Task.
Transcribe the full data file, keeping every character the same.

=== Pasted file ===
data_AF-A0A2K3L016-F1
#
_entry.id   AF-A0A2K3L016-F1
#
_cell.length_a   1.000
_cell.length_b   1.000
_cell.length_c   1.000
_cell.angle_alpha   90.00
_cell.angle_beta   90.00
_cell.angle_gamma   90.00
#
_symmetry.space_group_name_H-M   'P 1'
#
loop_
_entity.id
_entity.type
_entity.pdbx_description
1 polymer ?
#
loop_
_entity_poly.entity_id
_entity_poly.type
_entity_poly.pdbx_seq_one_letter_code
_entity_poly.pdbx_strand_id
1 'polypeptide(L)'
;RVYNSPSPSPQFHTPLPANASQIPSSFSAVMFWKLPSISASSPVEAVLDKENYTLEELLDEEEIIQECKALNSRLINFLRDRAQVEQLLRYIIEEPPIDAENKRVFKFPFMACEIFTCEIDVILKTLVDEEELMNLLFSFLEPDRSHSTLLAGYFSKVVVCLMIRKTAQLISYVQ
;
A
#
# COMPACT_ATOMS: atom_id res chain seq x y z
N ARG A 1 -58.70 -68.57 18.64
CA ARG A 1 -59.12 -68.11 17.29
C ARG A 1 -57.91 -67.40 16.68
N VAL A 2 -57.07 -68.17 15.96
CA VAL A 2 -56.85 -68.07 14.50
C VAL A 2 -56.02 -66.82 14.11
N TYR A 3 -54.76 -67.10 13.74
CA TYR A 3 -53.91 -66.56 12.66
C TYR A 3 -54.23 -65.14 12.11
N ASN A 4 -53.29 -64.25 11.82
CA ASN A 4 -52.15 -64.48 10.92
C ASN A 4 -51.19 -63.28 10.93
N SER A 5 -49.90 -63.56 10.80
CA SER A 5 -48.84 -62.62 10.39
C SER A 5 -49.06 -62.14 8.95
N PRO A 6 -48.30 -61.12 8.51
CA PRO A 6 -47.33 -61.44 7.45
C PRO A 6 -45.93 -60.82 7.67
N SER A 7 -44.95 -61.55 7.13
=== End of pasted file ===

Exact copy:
data_AF-A0A2K3L016-F1
#
_entry.id   AF-A0A2K3L016-F1
#
_cell.length_a   1.000
_cell.length_b   1.000
_cell.length_c   1.000
_cell.angle_alpha   90.00
_cell.angle_beta   90.00
_cell.angle_gamma   90.00
#
_symmetry.space_group_name_H-M   'P 1'
#
loop_
_entity.id
_entity.type
_entity.pdbx_description
1 polymer ?
#
loop_
_entity_poly.entity_id
_entity_poly.type
_entity_poly.pdbx_seq_one_letter_code
_entity_poly.pdbx_strand_id
1 'polypeptide(L)'
;RVYNSPSPSPQFHTPLPANASQIPSSFSAVMFWKLPSISASSPVEAVLDKENYTLEELLDEEEIIQECKALNSRLINFLRDRAQVEQLLRYIIEEPPIDAENKRVFKFPFMACEIFTCEIDVILKTLVDEEELMNLLFSFLEPDRSHSTLLAGYFSKVVVCLMIRKTAQLISYVQ
;
A
#
# COMPACT_ATOMS: atom_id res chain seq x y z
N ARG A 1 -58.70 -68.57 18.64
CA ARG A 1 -59.12 -68.11 17.29
C ARG A 1 -57.91 -67.40 16.68
N VAL A 2 -57.07 -68.17 15.96
CA VAL A 2 -56.85 -68.07 14.50
C VAL A 2 -56.02 -66.82 14.11
N TYR A 3 -54.76 -67.10 13.74
CA TYR A 3 -53.91 -66.56 12.66
C TYR A 3 -54.23 -65.14 12.11
N ASN A 4 -53.29 -64.25 11.82
CA ASN A 4 -52.15 -64.48 10.92
C ASN A 4 -51.19 -63.28 10.93
N SER A 5 -49.90 -63.56 10.80
CA SER A 5 -48.84 -62.62 10.39
C SER A 5 -49.06 -62.14 8.95
N PRO A 6 -48.30 -61.12 8.51
CA PRO A 6 -47.33 -61.44 7.45
C PRO A 6 -45.93 -60.82 7.67
N SER A 7 -44.95 -61.55 7.13